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Green Rose: Symbol of hope and freedom

Unusual flower has ties to Underground Railroad

Green rose
A ray of January sunshine illuminates a Green Rose. (Photos: Kathy Morrison)

Horticulturists ridiculed it. Abolitionists wore it proudly. Wherever it grew, the Green Rose got noticed.

Passed down from one generation of gardeners to the next, this unique flower has come to mean freedom, resilience, hope and friendship. And its American story continues to inspire.

Officially named Rosa chinensis ‘Viridiflora,’ the Green Rose is unlike any other. The “petals” are actually modified sepals, packed into a tight cluster about the size of a golf ball. Tinged with pink or bronze, the flowers look as green as the plant’s foliage. Locally, it is grown in historic rose collections in Sacramento and Woodland as well as rose lovers' own gardens.

The original Green Rose most likely was a sport, a natural mutation. Truly asexual, the flowers have no pollen and never form hips or seed. The only way to propagate it is through rooted cuttings, which is how American gardeners have shared this rose for two centuries.

Classified as a China rose, Viridiflora may have its origins in ancient China. Something that looks similar to a green rose can be seen in Chinese paintings (but it may be a green mum).

Several green roses with reddish highlights
Green Rose flowers are often tinged with pink or

Rose expert Stephen Scanniello, co-author of “A Rose by Any Name” (Algonquin Books), suggests that the American Green Rose may have originated in South Carolina or Georgia. Nursery records trace the Green Rose to Charleston in 1833; that’s when plants were sent north to Philadelphia. In 1843, a cotton merchant planted Viridiflora at his country house in Savannah, where it grows to this day.

Plant critics were never fond of the Green Rose; they called it “a green-eyed monster.”

But according to legend, the Green Rose became popular with abolitionists, who planted it in their gardens as a sign of welcome to escaped slaves. Members of the Underground Railroad wore the distinctive flower as a signal to one another.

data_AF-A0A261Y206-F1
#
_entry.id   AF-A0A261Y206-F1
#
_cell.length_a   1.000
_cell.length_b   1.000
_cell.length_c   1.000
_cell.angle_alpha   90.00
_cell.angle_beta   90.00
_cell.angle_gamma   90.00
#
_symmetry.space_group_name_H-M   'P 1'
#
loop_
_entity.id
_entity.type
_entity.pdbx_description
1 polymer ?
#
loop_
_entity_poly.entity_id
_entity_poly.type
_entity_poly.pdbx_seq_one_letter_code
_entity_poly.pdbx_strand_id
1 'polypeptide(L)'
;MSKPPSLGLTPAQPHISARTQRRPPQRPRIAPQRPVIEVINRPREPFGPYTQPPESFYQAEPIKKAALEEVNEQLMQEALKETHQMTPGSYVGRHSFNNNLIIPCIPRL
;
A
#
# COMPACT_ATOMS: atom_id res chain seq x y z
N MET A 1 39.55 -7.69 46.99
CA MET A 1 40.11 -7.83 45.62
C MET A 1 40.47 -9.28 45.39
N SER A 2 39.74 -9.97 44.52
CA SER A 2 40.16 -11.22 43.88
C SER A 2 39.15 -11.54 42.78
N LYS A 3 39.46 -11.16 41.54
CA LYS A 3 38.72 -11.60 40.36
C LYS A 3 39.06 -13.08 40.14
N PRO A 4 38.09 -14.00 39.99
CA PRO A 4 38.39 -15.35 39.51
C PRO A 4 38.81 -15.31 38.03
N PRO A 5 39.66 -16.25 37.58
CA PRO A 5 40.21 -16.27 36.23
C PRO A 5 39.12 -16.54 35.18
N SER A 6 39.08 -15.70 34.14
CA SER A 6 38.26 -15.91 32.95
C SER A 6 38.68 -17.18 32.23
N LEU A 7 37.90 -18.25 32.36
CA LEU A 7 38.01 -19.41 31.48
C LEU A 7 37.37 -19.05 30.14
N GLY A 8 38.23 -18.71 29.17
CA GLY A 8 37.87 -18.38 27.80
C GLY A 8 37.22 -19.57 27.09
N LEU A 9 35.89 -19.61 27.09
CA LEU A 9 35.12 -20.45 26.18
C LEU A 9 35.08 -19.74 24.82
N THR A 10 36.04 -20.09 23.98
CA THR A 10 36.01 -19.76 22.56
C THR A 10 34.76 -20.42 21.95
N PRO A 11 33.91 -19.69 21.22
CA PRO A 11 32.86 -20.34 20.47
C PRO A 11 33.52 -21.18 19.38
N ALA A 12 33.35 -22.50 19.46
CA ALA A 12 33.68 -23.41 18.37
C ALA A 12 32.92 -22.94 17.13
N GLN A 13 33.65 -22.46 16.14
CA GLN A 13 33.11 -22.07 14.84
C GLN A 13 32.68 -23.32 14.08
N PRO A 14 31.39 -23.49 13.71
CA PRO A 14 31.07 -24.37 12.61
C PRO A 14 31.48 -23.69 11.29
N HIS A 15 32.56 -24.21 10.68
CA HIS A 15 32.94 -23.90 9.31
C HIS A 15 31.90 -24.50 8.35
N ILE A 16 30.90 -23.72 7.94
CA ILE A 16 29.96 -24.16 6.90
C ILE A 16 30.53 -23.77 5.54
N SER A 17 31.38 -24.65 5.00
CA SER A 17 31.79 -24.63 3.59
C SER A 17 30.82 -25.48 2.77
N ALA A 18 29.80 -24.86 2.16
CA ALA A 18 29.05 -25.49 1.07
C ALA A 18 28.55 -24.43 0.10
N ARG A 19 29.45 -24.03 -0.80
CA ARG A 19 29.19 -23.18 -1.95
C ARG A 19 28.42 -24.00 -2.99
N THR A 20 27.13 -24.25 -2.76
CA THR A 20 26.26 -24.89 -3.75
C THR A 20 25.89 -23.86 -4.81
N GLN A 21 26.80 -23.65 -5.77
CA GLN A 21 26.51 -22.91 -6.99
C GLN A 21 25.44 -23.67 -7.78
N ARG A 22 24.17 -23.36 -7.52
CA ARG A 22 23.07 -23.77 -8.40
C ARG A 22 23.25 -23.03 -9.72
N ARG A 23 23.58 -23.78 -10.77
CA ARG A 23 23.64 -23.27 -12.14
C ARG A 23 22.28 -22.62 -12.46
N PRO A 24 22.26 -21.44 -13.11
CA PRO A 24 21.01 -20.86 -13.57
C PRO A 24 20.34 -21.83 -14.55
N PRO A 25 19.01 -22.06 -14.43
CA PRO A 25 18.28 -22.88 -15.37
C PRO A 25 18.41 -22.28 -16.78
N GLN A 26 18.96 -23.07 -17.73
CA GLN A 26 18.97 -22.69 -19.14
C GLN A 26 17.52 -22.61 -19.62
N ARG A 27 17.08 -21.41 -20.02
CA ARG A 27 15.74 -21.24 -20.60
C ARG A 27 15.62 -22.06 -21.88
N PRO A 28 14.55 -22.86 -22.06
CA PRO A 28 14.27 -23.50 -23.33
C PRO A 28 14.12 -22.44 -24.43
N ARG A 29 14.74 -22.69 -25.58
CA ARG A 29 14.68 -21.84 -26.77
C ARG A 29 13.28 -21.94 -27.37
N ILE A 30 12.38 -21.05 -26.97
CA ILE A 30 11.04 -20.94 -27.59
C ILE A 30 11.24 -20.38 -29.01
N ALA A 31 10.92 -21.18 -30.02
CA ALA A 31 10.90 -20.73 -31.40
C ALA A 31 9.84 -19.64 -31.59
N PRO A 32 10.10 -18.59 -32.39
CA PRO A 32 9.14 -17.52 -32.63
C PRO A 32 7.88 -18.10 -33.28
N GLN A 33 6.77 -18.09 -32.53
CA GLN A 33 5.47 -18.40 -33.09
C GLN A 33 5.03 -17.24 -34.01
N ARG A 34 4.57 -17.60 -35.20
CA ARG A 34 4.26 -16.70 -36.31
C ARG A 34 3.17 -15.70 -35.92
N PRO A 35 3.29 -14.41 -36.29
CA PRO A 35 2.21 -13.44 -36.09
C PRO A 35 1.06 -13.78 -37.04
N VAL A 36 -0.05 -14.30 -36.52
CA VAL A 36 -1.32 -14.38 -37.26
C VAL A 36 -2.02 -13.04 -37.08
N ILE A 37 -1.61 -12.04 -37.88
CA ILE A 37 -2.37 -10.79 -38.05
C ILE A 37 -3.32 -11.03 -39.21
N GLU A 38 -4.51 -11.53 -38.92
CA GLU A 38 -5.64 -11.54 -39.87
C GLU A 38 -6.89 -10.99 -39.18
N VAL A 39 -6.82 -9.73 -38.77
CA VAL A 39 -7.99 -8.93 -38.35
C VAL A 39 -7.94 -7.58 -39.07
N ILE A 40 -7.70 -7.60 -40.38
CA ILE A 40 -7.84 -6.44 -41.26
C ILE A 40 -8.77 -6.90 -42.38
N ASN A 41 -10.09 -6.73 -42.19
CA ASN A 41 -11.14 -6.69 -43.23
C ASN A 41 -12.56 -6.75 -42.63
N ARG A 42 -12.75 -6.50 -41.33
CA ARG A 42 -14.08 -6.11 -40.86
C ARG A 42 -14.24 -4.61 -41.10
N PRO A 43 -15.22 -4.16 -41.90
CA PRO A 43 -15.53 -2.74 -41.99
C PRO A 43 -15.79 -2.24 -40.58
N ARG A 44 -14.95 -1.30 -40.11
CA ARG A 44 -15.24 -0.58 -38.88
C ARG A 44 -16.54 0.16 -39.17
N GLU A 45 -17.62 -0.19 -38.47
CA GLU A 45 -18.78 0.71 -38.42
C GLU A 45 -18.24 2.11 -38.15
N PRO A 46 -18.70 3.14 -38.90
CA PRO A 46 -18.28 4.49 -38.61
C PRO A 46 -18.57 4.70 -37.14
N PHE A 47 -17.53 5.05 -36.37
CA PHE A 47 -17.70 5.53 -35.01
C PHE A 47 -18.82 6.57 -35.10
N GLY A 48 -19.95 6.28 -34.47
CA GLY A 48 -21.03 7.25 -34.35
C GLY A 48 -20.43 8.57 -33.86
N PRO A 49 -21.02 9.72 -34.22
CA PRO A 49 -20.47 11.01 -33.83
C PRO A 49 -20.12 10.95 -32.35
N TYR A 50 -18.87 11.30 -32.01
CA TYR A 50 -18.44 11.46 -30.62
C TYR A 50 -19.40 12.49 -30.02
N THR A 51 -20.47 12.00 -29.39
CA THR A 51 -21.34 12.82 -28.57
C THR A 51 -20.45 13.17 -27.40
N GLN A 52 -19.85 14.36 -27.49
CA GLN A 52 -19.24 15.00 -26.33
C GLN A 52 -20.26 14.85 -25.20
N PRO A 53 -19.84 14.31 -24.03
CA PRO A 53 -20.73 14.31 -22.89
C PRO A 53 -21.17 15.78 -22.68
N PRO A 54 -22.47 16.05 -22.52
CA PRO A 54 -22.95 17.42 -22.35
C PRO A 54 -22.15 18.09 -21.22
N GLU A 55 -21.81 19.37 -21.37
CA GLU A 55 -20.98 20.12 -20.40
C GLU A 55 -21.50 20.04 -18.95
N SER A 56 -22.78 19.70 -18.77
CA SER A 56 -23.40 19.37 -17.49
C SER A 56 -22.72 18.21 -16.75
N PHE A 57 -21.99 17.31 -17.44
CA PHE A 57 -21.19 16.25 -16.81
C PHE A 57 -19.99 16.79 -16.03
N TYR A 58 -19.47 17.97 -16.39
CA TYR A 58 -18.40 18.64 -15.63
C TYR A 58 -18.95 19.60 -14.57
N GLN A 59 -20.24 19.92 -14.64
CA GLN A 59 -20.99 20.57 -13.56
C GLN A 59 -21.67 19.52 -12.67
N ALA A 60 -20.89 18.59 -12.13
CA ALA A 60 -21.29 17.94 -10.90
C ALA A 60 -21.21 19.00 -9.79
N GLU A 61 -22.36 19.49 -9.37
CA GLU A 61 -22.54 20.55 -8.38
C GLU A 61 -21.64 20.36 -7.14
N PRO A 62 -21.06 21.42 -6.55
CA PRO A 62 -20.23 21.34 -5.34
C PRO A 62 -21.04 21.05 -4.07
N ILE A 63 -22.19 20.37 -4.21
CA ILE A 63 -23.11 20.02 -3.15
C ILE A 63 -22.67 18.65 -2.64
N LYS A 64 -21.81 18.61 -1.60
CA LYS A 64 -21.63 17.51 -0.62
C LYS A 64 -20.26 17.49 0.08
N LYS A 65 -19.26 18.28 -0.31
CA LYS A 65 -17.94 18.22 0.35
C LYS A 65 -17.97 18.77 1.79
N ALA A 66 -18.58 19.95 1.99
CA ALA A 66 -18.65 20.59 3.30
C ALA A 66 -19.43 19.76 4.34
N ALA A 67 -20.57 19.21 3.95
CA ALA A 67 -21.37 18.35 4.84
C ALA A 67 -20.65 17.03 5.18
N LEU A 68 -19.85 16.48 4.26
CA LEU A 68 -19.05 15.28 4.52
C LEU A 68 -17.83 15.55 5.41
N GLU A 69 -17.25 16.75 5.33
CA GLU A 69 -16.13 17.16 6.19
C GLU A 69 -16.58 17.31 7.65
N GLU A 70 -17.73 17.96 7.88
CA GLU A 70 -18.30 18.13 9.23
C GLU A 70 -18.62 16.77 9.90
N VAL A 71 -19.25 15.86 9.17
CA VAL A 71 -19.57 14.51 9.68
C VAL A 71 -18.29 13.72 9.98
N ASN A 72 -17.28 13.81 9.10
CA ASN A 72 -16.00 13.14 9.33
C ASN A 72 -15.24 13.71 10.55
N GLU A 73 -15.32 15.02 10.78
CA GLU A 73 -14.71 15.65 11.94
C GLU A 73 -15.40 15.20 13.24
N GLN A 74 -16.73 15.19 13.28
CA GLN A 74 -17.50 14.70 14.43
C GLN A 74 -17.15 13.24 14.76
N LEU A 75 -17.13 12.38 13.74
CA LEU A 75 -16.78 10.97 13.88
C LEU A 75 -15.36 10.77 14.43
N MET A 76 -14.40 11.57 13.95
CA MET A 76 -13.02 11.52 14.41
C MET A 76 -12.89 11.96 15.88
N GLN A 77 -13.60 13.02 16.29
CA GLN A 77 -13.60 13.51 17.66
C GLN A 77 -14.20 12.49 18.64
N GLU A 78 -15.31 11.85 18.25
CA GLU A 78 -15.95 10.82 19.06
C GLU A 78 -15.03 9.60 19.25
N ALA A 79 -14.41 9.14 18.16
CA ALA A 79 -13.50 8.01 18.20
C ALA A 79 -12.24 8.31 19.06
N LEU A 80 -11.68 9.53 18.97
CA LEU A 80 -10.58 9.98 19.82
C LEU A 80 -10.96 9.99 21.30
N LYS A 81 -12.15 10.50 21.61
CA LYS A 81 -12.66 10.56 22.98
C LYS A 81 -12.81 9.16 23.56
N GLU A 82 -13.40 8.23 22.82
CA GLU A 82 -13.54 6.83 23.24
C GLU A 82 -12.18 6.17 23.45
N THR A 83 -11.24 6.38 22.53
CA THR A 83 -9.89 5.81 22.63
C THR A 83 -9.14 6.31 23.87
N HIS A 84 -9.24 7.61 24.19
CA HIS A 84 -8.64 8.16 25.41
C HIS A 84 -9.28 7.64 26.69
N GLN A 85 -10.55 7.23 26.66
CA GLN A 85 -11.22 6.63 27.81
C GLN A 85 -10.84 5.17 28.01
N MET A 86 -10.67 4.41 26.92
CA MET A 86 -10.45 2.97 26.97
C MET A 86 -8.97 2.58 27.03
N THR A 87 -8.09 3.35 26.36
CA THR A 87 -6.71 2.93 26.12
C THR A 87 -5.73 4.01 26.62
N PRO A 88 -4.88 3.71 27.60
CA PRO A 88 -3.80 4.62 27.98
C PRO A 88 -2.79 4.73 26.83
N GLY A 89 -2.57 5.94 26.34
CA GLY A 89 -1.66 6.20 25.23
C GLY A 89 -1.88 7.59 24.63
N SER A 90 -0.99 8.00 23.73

“The Green Rose of Furley Hall,” a 1953 historical novel by Helen Corse Barney, recounts the story of her Quaker ancestor, William Corse, a Baltimore nurseryman and abolitionist who planted Viridiflora at his home. That book revived interest in what had become a horticultural curiosity.

Beyond the Underground Railroad, Viridiflora found another niche. In the language of flowers, a green rose symbolizes rejuvenation or abundance. With its unique appearance and long-lasting quality as a cut flower, Viridiflora became popular with floral designers. That’s a distinction it still holds.

For all these reasons, the Green Rose endures. It comes down to love.

Mountain Valley Growers, which propagates the Green Rose for sale, describes it this way:

“This plant only exists due to the kindness and love of gardeners who take cuttings and make more roses. It often has great sentimental value to those who grow it because it may have been a gift from a friend. Considering it is first recorded in the mid 1800s, that is a lot of love keeping a sterile rose with no real rose flower going.”

To order a Green Rose:


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For week of Nov. 26:

Concentrate on helping your garden stay comfortable during these frosty nights – and clean up all those leaves!

* Irrigate frost-tender plants such as citrus in the late afternoon. That extra soil moisture increases temperatures around the plant a few degrees, just enough to prevent frost damage. The exception are succulents; too much water before frost can cause them to freeze.

* Cover sensitive plants before the sun goes down. Use cloth sheets or frost cloths, not plastic sheeting, to hold in warmth. Make sure to remove covers in the morning.

* Use fall leaves as mulch around shrubs and vegetables. Mulch acts as a blanket and keeps roots warmer.

* Stop dead-heading; let rose hips form on bushes to prompt dormancy.

* Prune non-flowering trees and shrubs.

* Clean and sharpen garden tools before storing for the winter.

* Brighten the holidays with winter bloomers such as poinsettias, amaryllis, calendulas, Iceland poppies, pansies and primroses.

* Keep poinsettias in a sunny, warm location – and definitely indoors overnight. Water thoroughly. After the holidays, feed your plants monthly so they’ll bloom again next December.

* Rake and remove dead leaves and stems from dormant perennials.

* Plant spring bulbs. Don’t forget the tulips chilling in the refrigerator. Daffodils can be planted without pre-chilling.

* This is also a good time to seed wildflowers and plant such spring bloomers as sweet peas, sweet alyssum and bachelor buttons.

* Plant trees and shrubs. They’ll benefit from fall and winter rains while establishing their roots.

* Set out cool-weather annuals such as pansies and snapdragons.

* Lettuce, cabbage and broccoli also can be planted now.

* Plant garlic and onions.

* Bare-root season begins now. Plant bare-root berries, kiwifruit, grapes, artichokes, horseradish and rhubarb.

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